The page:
Education and Civil Rights in the 21st Century Education is frequently described as the civil rights issue of the 21st century. This is particularly true for politicians when they are calling for policy changes and reform. However, the most important civil rights issue involving education in the 20th century, school segregation, remains largely unresolved, and despite the controversy it once generated, it is rarely mentioned as an important social issue that should be addressed. In this presentation we will analyze the current reform agenda being promoted by states, the federal government and various advocacy groups. We will also explore why issues pertaining to racial segregation and social inequality are no longer considered central to school change initiatives and the implication of allowing these issues to be ignored. Finally, we will consider the possibilities for change that exist in the current period given the constraints confronting public schools.

The Limits and Possibilities of Schooling in an Unequal Society As social inequality increases the pressure on schools to do more to meet the needs of impoverished children grows. Pervasive school failure in poor communities serves as proof to some that schools can never succeed unless or until inequality is addressed. However, a small number of schools and communities are demonstrating that even under adverse conditions progress can be made in creating schools that meet the needs of students. Drawing upon research in poor communities in the US and several other nations, this presentation will examine the work of these schools and the role of agency in countering oppressive conditions including the political mandates that often obstruct progress. The presentation will also consider what role educational researchers should play in the effort to create just schools during unjust times.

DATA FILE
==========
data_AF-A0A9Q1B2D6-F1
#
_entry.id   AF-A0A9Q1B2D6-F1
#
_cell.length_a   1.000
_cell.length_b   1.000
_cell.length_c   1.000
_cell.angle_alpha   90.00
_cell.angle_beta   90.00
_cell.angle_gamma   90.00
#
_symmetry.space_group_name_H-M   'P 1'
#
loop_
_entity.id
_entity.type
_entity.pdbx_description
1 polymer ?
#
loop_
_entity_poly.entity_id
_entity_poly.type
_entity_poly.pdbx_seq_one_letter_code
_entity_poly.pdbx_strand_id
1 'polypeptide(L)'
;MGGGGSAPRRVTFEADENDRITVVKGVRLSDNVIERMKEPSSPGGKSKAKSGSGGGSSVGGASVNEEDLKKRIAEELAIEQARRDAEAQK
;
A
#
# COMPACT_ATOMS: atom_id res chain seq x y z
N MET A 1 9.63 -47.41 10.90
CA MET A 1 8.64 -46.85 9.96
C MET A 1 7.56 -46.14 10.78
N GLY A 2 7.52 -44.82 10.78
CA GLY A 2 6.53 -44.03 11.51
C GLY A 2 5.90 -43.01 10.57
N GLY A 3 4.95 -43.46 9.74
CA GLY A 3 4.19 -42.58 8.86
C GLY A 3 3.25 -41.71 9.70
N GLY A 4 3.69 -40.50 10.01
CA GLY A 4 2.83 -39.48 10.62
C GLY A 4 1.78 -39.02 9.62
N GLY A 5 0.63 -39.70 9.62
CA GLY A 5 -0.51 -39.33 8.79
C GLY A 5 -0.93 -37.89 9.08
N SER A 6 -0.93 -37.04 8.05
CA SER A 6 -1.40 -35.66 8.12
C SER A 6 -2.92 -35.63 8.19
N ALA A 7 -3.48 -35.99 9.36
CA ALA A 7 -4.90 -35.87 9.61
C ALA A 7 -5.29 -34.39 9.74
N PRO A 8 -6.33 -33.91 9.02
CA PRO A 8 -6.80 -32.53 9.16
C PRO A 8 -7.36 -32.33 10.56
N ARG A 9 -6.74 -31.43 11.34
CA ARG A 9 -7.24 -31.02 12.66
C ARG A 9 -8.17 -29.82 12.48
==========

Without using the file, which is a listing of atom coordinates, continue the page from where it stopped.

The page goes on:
Other Speech Topics Include:

  • The Role of Leadership in Promoting Equity and Countering Racial Inequality in Education
  • Creating School Cultures that Promote Academic Excellence
  • The Role of Leadership in Building the Capacity of Schools to Meet Student Needs
  • Schooling for Resilience: Educating and Supporting Young Men of Color
  • Reducing Racial Disparities in School Discipline

  Topic Areas

African Americans/Black
Intercultural Competency/Relations
Leadership Development
Professional Development
Race/Racial Justice/Racism

Pedro Noguera: Are we failing our students?


Pedro Noguera: Closing the Gap - Conversations from Penn State


Pedro Noguera - How do schools promote equity among students?

Dr. Pedro Noguera appeared at Lesley University as the lead-off speaker for a week-long Creativity Forum exploring the role creativity plays in transforming diverse fields in our society. His talk about the importance of creativity in addressing the challenges and issues facing the field of Education was truly inspiring and thought-provoking. The capacity audience was enthralled with the depth of his knowledge, his life experiences, and his graceful ease during his presentation. We received very positive feedback from students, faculty, and general public in attendance.
Stan Trecker Dean Emeritus, Lesley University MA